Petersburg Chief of Police James Kerr filed a suit against the Borough of Petersburg in March of 2022 for allegedly defaming him and presenting him in a false light. That case was just scheduled for a jury trial in the Juneau Superior Court to take place next spring. Now, the Borough has refiled the case as a civil rights suit in the district federal court. 

Chief Kerr addressed the Borough Assembly in November of 2021 to criticize the COVID-19 mask mandate in place at that time. He said carrying out the mandate could hurt the morale of local law enforcement officers. Kerr says he did it as a private citizen — though the Borough disagrees, considering his status as a high ranking public official commenting on a matter of public concern as a matter of law. 

Assembly members Dave Kensinger and Jeff Meucci complained to the Borough about the views Kerr expressed at the meeting. Kerr alleges he received “constant retaliation” from the Borough for his statements against masking enforcement.

In March of 2022, Kerr made a complaint, and submitted a document titled “Timeline/Overview of events,” to Debra Thompson, the Borough Clerk. The Borough processed that document as a harassment complaint.  

The Borough brought in the law firm Clayton and Diemer LLC to provide legal counsel on whether Chief Kerr’s speech was protected by the First Amendment when he objected to police enforcement of the mask mandate before the assembly. The firm also evaluated whether the conduct of Assembly Members Meucci and Kensinger constituted harassment. Diemer handed over his confidential legal opinion to Borough Manager Steve Giesbrecht, who is Chief Kerr’s supervisor.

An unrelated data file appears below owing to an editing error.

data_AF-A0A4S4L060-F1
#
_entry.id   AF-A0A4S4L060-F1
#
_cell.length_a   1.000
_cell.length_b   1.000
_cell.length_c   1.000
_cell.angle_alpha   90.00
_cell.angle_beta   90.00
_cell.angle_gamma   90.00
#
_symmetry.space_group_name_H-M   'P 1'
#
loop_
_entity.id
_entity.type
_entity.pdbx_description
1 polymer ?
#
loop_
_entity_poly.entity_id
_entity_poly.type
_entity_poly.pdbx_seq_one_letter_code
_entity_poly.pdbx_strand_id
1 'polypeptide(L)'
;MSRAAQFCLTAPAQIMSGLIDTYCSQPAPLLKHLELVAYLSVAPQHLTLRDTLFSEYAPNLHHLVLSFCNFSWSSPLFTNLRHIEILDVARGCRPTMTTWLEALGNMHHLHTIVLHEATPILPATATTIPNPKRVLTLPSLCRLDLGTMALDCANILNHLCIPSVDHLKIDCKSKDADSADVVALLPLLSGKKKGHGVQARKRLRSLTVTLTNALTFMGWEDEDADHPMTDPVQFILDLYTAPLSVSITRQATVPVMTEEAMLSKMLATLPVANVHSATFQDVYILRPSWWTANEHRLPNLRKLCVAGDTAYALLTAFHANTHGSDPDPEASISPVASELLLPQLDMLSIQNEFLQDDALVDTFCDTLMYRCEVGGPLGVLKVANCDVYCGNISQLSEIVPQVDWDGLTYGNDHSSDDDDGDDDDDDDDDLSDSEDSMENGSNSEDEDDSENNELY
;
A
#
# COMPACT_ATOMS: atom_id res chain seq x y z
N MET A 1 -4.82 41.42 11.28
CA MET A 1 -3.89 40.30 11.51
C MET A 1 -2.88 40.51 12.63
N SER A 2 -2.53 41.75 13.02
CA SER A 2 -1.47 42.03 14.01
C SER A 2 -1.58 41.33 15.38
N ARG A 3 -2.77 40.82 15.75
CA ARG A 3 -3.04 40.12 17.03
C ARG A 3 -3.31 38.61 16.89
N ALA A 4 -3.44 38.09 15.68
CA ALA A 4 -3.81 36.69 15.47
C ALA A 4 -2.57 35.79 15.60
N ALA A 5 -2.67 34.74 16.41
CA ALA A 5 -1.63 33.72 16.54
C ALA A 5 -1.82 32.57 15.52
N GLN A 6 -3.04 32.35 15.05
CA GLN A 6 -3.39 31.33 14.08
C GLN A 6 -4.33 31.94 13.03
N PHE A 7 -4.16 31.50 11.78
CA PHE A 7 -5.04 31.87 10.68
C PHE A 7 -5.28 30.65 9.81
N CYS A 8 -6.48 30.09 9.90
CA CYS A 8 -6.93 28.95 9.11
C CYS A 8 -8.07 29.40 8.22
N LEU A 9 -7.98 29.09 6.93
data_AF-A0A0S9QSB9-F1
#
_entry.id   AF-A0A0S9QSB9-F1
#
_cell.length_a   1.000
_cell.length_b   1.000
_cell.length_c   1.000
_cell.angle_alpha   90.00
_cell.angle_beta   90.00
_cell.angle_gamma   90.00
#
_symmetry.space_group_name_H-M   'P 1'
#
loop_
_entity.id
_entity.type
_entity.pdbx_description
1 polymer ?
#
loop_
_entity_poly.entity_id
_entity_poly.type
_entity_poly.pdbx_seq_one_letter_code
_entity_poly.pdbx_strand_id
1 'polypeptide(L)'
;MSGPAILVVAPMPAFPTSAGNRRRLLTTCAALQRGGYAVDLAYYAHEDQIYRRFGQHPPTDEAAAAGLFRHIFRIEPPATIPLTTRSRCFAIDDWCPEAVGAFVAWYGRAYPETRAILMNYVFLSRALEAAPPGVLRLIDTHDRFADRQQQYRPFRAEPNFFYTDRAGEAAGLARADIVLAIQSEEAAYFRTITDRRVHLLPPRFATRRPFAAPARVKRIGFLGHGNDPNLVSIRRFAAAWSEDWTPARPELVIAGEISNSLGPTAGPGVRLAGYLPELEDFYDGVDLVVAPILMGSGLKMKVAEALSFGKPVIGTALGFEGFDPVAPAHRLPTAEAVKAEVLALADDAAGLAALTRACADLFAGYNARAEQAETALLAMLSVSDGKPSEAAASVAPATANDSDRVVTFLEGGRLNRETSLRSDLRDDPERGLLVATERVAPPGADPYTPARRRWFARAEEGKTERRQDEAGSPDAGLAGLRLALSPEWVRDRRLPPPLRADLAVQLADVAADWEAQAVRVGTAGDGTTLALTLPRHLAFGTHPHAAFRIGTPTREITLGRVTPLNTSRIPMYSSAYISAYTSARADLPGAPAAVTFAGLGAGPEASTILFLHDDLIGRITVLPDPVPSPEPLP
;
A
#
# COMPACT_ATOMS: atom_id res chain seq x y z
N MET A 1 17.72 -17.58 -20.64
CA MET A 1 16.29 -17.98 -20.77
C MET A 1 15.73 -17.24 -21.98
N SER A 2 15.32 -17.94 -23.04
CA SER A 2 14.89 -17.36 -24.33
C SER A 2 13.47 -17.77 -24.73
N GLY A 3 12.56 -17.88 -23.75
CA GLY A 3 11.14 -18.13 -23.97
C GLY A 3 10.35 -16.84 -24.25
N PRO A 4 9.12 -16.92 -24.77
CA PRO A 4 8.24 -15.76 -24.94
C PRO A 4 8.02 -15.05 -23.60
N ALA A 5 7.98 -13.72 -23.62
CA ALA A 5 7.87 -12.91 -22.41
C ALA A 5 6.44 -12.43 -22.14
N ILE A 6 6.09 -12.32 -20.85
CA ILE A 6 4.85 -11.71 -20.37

And then KFSK got ahold of that document through a public records request. It said no unlawful harassment or bullying took place, and it included a redacted copy of Chief Kerr’s “Timeline” document.

Kerr’s original case against the Borough and Steve Giesbrecht was for allegedly defaming him and portraying him in a false light in that statement. He alleges that he never made a harassment complaint, that the independent investigation wasn’t really independent, and that the Borough’s actions made him look like somebody who makes baseless claims of harassment.

Kerr demanded a jury trial on all claims in the case in a request filed last December. That case was just scheduled for a jury trial in the Juneau Superior Court beginning next Spring — but then it was withdrawn from the state superior court in Juneau and moved to the district federal court about a month later, on August 24th. The nature of the suit was also changed to civil rights: other. Chief Judge Sharon Gleason will preside over the case in the U.S. District Court for the District of Alaska in Anchorage. 

Editor’s Note: This story has been corrected to reflect the fact that the Petersburg Borough refiled the suit in federal court, and not Chief Kerr.